As we were getting to Santa Maria, I started getting frustrated and began wishing to myself: Dear Lord, please, I just want to get there and see her walking around! The funny thing is, a block from the exit, the pimp saw her. We drove towards her, but she saw the pimp and started running. We began to chase her and then the police stopped the car. I told 'em I'm a bounty hunter and I showed them the case file. They said, "You know the rules, you're meant to call us when you're coming into town." I said I just got off the exit and they let us carry on.

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So I'm back on the chase and I saw her running ahead. She hops into some random stranger's truck and the pimp says, "What do we do now?" I say, "Dude, she's hopped in some random guy's truck, what's she going to do?" He goes, "She'll probably offer him some services."

The pimp said the girls use a website when they work where they post their pictures, what area they're in, and their rates. So we went to the motel she was staying at and waited for her to show up. Forty minutes later, the truck pulls into the motel. I speak to the motel owner and show him my badge and my case file and ask if this girl was renting a room from him. He points to her room and I said, "I need the keys. If you don't give me the keys, I'm gonna kick your door down and you're gonna have to repair it, so which one d'you want?" The owner's like, "Here's the keys!"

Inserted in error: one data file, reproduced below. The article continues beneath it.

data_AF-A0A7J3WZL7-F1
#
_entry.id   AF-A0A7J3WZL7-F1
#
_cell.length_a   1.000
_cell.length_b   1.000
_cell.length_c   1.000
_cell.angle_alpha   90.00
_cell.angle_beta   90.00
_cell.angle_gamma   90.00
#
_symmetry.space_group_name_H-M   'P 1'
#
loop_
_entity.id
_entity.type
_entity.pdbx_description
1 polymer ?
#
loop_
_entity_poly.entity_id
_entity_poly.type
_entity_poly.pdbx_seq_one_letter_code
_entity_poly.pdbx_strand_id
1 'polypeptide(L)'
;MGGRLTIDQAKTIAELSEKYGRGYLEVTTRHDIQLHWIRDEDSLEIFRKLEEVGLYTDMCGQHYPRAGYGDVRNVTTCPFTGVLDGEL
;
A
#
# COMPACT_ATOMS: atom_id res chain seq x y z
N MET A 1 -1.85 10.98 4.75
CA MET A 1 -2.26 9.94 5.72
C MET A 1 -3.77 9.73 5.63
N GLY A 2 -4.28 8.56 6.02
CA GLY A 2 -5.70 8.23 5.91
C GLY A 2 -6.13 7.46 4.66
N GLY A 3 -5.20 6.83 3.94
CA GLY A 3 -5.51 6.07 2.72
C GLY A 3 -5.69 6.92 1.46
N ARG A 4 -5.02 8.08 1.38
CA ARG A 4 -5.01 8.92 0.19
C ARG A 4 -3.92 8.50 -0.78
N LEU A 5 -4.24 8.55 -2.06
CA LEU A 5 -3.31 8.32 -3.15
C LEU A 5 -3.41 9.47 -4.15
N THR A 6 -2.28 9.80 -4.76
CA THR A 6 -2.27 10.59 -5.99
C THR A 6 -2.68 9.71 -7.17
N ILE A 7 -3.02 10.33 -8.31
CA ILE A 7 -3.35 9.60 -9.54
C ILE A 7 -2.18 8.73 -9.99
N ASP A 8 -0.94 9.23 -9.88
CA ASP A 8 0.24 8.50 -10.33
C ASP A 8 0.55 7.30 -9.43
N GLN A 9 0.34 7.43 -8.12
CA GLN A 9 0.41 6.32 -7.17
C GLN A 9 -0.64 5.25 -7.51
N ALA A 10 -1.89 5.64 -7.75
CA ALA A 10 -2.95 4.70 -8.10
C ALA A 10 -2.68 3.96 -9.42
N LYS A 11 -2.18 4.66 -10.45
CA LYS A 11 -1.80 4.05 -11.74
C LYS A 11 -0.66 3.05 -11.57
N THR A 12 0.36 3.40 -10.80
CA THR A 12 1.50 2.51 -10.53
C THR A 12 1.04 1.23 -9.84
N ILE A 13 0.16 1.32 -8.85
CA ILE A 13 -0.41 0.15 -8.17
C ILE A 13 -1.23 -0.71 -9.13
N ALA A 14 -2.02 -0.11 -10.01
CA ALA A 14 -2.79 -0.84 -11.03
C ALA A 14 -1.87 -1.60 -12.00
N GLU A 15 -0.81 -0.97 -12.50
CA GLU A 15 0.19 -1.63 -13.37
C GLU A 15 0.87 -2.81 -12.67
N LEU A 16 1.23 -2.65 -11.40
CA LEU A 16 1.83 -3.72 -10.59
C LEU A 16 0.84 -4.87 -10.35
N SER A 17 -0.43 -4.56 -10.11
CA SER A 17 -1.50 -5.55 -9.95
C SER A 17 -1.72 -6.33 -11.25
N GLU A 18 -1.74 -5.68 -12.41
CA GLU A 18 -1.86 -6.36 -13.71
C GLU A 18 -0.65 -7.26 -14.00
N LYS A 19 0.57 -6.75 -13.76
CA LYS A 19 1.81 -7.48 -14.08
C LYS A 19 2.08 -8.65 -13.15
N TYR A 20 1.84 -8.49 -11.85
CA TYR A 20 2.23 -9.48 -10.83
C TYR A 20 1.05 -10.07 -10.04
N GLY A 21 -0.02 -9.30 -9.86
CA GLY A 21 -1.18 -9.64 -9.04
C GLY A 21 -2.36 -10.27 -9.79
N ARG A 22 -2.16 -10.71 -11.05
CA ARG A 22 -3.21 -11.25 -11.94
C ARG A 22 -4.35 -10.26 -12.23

So I go to the door and listen to her talking the guy through her rates. I wait 'til she's into the act, 'cause that way she can't run as fast—then I open the door. She's on her knees and I say, "This is not a good day for you." Then I say to the guy, "Sorry bro but you ain't getting what you think you're getting!"

Are there any other cases you won't forget?